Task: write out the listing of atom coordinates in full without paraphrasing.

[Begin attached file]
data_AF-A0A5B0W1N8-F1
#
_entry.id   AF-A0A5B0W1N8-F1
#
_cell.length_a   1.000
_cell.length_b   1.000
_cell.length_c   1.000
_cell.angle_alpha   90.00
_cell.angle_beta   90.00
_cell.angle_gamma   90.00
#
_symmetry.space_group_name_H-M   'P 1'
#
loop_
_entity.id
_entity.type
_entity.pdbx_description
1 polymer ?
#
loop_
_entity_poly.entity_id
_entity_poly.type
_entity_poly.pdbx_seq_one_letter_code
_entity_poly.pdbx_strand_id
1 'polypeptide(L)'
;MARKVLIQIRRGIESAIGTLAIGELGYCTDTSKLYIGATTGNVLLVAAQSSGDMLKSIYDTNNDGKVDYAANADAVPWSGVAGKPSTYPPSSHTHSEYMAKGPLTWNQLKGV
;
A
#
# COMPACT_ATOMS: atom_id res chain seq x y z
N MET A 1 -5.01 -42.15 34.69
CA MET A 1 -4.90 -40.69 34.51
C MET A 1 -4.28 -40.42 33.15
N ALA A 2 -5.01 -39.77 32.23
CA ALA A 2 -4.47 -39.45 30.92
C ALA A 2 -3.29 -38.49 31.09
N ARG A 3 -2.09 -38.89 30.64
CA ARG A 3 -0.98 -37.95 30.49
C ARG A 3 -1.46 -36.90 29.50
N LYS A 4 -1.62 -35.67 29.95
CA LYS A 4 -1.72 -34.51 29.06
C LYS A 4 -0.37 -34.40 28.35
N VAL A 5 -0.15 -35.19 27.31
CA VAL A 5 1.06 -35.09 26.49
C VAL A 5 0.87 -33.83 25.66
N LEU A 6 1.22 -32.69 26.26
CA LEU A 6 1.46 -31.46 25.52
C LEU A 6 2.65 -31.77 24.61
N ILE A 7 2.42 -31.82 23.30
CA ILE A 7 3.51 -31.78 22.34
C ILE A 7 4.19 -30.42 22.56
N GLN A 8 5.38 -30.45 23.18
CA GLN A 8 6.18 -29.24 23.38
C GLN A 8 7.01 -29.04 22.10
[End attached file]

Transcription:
data_AF-A0A5B0W1N8-F1
#
_entry.id   AF-A0A5B0W1N8-F1
#
_cell.length_a   1.000
_cell.length_b   1.000
_cell.length_c   1.000
_cell.angle_alpha   90.00
_cell.angle_beta   90.00
_cell.angle_gamma   90.00
#
_symmetry.space_group_name_H-M   'P 1'
#
loop_
_entity.id
_entity.type
_entity.pdbx_description
1 polymer ?
#
loop_
_entity_poly.entity_id
_entity_poly.type
_entity_poly.pdbx_seq_one_letter_code
_entity_poly.pdbx_strand_id
1 'polypeptide(L)'
;MARKVLIQIRRGIESAIGTLAIGELGYCTDTSKLYIGATTGNVLLVAAQSSGDMLKSIYDTNNDGKVDYAANADAVPWSGVAGKPSTYPPSSHTHSEYMAKGPLTWNQLKGV
;
A
#
# COMPACT_ATOMS: atom_id res chain seq x y z
N MET A 1 -5.01 -42.15 34.69
CA MET A 1 -4.90 -40.69 34.51
C MET A 1 -4.28 -40.42 33.15
N ALA A 2 -5.01 -39.77 32.23
CA ALA A 2 -4.47 -39.45 30.92
C ALA A 2 -3.29 -38.49 31.09
N ARG A 3 -2.09 -38.89 30.64
CA ARG A 3 -0.98 -37.95 30.49
C ARG A 3 -1.46 -36.90 29.50
N LYS A 4 -1.62 -35.67 29.95
CA LYS A 4 -1.72 -34.51 29.06
C LYS A 4 -0.37 -34.40 28.35
N VAL A 5 -0.15 -35.19 27.31
CA VAL A 5 1.06 -35.09 26.49
C VAL A 5 0.87 -33.83 25.66
N LEU A 6 1.22 -32.69 26.26
CA LEU A 6 1.46 -31.46 25.52
C LEU A 6 2.65 -31.77 24.61
N ILE A 7 2.42 -31.82 23.30
CA ILE A 7 3.51 -31.78 22.34
C ILE A 7 4.19 -30.42 22.56
N GLN A 8 5.38 -30.45 23.18
CA GLN A 8 6.18 -29.24 23.38
C GLN A 8 7.01 -29.04 22.10